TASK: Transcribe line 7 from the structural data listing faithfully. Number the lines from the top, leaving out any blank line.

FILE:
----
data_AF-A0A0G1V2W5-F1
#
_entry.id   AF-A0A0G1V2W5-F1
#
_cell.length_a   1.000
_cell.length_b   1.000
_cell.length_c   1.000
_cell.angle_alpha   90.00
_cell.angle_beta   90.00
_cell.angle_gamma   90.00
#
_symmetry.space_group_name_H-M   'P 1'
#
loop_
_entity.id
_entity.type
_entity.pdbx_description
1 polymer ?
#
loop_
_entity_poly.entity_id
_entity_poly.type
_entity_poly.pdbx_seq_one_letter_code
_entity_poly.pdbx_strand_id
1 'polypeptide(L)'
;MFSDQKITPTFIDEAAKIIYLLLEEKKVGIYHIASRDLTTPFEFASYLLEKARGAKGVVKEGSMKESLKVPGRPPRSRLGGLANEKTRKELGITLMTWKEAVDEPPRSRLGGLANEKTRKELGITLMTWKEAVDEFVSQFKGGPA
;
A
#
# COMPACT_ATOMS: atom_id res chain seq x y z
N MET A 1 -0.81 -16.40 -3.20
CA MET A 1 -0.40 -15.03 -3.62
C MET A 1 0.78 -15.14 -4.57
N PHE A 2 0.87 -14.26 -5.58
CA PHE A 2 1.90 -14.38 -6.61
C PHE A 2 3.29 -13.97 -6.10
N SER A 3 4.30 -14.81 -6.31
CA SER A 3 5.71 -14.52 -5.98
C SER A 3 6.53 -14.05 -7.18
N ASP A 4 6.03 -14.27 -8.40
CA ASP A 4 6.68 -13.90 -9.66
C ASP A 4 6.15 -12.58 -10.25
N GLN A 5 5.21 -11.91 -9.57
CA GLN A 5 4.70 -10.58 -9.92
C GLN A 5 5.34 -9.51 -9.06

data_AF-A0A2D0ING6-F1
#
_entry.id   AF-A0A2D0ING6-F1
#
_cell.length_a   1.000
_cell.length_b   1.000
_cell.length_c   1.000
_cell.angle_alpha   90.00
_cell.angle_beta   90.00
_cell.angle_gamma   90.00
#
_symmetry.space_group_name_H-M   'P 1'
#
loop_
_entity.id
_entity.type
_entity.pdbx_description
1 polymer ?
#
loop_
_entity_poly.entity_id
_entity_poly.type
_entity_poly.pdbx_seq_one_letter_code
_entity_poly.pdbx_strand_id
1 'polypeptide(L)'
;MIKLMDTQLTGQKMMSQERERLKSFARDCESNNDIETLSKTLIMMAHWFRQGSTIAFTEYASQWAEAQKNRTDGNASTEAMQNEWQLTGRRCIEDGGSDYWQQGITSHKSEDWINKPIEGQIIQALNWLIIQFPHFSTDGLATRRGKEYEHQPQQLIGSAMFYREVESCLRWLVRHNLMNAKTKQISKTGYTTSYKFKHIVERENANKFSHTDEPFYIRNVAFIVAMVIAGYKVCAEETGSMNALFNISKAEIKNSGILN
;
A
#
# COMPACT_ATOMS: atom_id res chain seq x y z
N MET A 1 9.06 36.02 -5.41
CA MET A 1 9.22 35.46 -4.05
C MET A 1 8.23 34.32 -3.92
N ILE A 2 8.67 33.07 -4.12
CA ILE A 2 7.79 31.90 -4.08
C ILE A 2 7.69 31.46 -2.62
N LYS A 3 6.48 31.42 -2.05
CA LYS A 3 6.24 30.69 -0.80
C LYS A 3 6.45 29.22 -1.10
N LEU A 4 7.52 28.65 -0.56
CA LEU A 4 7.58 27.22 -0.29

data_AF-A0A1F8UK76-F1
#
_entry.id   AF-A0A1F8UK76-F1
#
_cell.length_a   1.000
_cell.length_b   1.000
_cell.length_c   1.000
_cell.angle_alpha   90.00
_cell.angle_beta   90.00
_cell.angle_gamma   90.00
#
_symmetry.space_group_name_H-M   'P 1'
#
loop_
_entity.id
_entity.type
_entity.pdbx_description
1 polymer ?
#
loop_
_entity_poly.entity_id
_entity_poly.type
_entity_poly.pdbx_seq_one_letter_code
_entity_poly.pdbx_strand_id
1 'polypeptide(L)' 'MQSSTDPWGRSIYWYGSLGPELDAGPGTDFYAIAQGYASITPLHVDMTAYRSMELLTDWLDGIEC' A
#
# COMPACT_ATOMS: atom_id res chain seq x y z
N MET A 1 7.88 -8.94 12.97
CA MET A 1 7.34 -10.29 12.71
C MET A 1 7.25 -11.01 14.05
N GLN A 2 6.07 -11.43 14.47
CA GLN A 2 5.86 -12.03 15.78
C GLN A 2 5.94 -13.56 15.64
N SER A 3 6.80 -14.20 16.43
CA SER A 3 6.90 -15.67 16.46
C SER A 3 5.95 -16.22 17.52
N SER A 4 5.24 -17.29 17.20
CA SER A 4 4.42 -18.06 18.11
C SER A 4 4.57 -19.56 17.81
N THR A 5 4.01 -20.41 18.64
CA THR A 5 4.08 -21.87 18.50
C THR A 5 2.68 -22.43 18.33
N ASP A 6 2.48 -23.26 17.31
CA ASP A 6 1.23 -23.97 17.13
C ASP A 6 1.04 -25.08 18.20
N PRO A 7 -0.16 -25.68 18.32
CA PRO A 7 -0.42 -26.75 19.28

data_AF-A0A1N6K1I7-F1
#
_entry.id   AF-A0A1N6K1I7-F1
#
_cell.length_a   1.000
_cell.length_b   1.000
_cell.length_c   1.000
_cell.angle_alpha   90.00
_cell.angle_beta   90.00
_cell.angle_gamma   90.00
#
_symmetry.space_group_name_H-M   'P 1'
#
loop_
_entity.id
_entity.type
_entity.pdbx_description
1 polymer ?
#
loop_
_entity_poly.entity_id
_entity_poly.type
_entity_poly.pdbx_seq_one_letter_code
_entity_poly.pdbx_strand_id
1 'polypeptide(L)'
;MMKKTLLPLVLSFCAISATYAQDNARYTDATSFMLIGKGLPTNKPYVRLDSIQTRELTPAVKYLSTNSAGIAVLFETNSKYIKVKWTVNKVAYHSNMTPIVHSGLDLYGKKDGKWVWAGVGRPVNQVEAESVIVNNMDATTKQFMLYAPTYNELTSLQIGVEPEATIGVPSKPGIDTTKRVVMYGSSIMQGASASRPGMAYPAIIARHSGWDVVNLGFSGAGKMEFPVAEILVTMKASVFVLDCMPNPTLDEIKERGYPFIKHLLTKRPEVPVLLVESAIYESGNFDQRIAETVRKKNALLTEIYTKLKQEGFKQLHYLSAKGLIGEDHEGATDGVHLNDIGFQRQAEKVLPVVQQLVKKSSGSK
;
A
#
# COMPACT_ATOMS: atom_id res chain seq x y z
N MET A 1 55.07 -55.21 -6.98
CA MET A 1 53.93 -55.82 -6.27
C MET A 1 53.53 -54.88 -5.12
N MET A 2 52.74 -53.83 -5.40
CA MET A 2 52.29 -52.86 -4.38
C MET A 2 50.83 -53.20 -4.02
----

_cell.length_c   1.000